San Francisco Archdiocese says bankruptcy ‘very likely’ given child sex abuse lawsuits

Archbishop Salvatore J. Cordileone stands at the altar during a Mass.
Archbishop Salvatore J. Cordileone, seen here during the funeral Mass of Cardinal William Joseph Cardinal Levada in 2019, has said the Catholic Archdiocese of San Francisco will “very likely” file for bankruptcy.
(Liz Hafalia/San Francisco Chronicle via Getty Images)
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The Archdiocese of San Francisco will “very likely” file for bankruptcy in order to deal with a wave of lawsuits alleging child sexual abuse by its priests and other employees and volunteers going back decades, the archbishop said.

In an open letter Friday, Archbishop Salvatore J. Cordileone said the option was the result of “much contemplation and prayer” and arose from discussions with lawyers and financial advisors.

More than 500 civil lawsuits alleging abuse were filed against the Catholic archdiocese between 2020 and 2022, when California temporarily lifted the statute of limitations on such allegations against churches and other institutions.


Cordileone said filing for Chapter 11 bankruptcy would allow the archdiocese “to deal with the hundreds of cases collectively rather than one at a time” and “reorganize its financial affairs to continue its vital ministries to the faithful and to the communities that rely on our services and charity.”

The archdiocese would not be the first in California to take such action. Bankruptcy has been filed or mulled by dioceses across the state, including in Oakland, Santa Rosa, Sacramento and San Diego.

The change to California’s law spurred thousands of lawsuits over alleged abuses dating as far back as the 1940s, against churches, religious groups, private and public schools, sports groups and nonprofit organizations.

In May, Los Angeles County officials predicted having to spend between $1.6 billion and $3 billion to resolve about 3,000 allegations of sexual abuse at its foster homes, children shelters, and probation camps and halls.

The filings against the Archdiocese of San Francisco have far outpaced those filed against it when the state previously lifted the statute of limitations on abuses, in 2003. During that window, the archdiocese was forced to pay about $68 million to settle claims from about 100 accusers, it said.

Chapter 11 bankruptcy is geared toward reorganization rather than folding, and Cordileone said if the archdiocese does file for it, its parishes and schools “should continue as usual without disruption.”


The process would essentially freeze individual lawsuits against the archdiocese during the bankruptcy proceedings, and allow for the archdiocese to seek a single settlement that would resolve all of the claims at once.

Cordileone made the option sound beneficial to those who have accused the church of wrongdoing. He wrote that the process would help to “resolve difficult claims fairly and equitably,” and “could result in a faster resolution for hundreds of survivors.”

Victim advocates of accusers strongly rejected his framing of the situation.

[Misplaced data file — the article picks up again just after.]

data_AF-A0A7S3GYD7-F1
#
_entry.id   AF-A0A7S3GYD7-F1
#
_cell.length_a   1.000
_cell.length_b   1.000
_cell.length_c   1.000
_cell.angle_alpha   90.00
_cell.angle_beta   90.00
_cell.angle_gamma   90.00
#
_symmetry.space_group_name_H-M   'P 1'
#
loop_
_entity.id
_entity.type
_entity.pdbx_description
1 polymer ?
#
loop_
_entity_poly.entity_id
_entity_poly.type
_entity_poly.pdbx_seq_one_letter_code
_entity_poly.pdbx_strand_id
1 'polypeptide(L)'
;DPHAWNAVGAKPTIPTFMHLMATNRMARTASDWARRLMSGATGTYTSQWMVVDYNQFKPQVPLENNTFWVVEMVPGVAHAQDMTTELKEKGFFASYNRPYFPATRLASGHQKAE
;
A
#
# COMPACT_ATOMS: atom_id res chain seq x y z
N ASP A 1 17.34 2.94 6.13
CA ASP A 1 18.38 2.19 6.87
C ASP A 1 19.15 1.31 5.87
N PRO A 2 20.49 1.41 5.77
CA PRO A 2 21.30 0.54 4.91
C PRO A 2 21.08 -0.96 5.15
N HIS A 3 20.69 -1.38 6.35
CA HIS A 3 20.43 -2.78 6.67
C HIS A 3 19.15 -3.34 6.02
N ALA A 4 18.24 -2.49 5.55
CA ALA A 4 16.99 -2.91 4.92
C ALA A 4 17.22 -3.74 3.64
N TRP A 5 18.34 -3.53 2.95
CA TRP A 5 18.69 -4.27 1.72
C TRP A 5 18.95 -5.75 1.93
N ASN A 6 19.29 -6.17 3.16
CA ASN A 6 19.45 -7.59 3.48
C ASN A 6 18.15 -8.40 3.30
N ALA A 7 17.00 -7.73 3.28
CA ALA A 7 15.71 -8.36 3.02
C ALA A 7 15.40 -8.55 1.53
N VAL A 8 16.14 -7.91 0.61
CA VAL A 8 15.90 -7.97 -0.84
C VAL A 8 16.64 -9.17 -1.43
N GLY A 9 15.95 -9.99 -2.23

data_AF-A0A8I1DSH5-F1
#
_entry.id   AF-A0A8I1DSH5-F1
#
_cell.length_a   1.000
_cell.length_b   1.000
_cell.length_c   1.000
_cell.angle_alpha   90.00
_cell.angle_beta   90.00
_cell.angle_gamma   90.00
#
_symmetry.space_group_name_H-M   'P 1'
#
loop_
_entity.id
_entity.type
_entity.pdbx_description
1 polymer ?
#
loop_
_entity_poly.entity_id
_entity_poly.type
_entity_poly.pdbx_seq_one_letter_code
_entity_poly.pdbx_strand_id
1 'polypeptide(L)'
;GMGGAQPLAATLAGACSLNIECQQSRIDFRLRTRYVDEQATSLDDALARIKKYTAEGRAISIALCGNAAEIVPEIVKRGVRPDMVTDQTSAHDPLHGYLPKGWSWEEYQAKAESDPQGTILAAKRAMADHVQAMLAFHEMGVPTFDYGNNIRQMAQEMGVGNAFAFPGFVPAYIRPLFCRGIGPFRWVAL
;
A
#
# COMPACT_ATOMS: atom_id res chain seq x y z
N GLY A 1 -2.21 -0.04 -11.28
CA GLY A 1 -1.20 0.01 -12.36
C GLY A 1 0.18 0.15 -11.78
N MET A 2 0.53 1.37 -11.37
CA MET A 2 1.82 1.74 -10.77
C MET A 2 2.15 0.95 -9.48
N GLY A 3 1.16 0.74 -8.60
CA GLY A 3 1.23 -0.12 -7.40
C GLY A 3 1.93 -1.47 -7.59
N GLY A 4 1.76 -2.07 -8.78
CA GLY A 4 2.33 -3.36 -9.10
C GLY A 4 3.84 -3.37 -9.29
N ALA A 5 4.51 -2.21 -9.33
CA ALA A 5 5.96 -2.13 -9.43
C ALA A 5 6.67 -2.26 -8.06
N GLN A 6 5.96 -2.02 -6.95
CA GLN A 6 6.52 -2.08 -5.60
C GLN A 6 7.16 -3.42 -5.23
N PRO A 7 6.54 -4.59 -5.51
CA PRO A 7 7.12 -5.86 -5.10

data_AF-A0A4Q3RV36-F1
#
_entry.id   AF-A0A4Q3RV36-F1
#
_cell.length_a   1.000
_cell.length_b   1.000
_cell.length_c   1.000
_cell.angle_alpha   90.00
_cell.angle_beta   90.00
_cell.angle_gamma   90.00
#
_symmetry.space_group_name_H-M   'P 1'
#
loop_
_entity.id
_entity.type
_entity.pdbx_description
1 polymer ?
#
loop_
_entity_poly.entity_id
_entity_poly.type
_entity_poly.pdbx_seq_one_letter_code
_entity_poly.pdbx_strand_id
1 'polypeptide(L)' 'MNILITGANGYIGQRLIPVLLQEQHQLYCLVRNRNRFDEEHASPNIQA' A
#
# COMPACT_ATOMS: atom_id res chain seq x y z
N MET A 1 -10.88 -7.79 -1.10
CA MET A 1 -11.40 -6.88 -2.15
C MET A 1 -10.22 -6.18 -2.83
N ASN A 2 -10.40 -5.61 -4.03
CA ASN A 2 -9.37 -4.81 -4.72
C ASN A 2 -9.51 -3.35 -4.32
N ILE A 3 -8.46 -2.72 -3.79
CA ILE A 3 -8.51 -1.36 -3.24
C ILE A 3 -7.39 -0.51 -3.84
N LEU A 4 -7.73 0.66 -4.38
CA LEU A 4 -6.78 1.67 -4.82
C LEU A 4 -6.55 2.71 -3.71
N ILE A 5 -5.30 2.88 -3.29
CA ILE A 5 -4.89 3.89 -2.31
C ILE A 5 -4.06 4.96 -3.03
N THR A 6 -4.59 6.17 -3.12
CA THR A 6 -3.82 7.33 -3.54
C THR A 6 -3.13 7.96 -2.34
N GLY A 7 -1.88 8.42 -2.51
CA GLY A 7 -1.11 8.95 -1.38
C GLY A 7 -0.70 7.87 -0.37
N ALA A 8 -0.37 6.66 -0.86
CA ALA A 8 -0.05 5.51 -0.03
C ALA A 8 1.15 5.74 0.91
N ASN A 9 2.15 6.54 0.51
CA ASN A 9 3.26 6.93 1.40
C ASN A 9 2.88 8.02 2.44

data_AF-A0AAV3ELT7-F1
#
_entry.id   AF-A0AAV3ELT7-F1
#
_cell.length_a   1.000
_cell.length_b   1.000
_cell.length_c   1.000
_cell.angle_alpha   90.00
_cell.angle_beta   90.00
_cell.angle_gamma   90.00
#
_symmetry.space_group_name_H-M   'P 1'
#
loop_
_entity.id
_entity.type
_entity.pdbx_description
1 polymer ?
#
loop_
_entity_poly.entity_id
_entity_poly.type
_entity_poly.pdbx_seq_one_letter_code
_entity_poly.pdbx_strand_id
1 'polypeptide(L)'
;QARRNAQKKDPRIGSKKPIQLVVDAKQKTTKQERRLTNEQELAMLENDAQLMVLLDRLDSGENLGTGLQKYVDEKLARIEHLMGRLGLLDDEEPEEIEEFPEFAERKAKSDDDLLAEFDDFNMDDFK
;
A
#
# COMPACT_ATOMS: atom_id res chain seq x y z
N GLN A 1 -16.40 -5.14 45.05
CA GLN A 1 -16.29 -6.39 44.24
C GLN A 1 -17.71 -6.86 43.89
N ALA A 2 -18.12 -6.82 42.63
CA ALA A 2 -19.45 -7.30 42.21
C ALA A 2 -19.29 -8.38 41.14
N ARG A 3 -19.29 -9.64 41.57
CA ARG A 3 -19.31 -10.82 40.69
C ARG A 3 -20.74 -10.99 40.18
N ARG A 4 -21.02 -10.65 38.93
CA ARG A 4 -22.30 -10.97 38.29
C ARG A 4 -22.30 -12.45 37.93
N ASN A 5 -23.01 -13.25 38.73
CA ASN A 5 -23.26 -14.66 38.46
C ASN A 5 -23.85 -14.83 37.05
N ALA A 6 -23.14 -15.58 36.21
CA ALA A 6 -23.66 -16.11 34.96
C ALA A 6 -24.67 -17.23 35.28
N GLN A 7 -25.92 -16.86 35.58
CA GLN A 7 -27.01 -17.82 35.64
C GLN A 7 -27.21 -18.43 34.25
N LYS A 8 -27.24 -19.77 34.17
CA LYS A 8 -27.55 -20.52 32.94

The survivors’ network SNAP said dioceses filing for bankruptcy in the face of abuse claims was part of a “ruse” to “pretend that they are out of money.”

“Everything about the bankruptcies of Catholic dioceses strikes us as wrong,” the group said in a statement. “It is all about protecting secrets first, and second, to reduce just compensation to the victims they have created.”

The archdiocese claimed in a Q&A posted with Cordileone’s letter online that filing for bankruptcy was not about minimizing expenses but making the process more fair for all of its accusers — as the cost of litigating the more than 500 cases separately “would certainly exceed our resources.”


Without bankruptcy protections, it said, victims who filed their lawsuits first “could have an unfair advantage over claimants who have their cases heard later.”

Cordileone also sought to paint the mountain of claims against the church as the result of past troubles the archdiocese has since moved beyond. He wrote that, of the more than 500 lawsuits filed in recent years, “the vast majority of the alleged abuse occurred in the 1960s, 1970s, and 1980s and involved priests who are deceased or no longer in ministry.”

He said that by “utilizing a stringent screening process and enhancing awareness and education for children and adults, the occurrences of abuse within the Church are very rare.”

Victim advocates rejected that notion, too. They said abuse in the church is an ongoing problem, and abusers are still being protected by the church. They also blasted Cordileone individually for long refusing to open the archdiocese’s internal files and release the names of accused priests, employees and volunteers in the San Francisco archdiocese, as leaders of other dioceses have done.

“We seriously doubt that the Archdiocese of San Francisco does not have the assets to settle these lawsuits,” SNAP wrote. “But we do know that San Francisco is one of a handful of dioceses that has not published a list of abusers, and also that when such lists are published, there are always new perpetrators revealed from information in the ‘secret files.’ ”

The archdiocese said that more than two dozen U.S. dioceses have filed for bankruptcy in the country to date, and many “have been able to successfully emerge and continue their ministries and support their communities.”


Cordileone did not give a time frame for when a final decision on filing for bankruptcy would be made. He said the “situation remains very fluid.”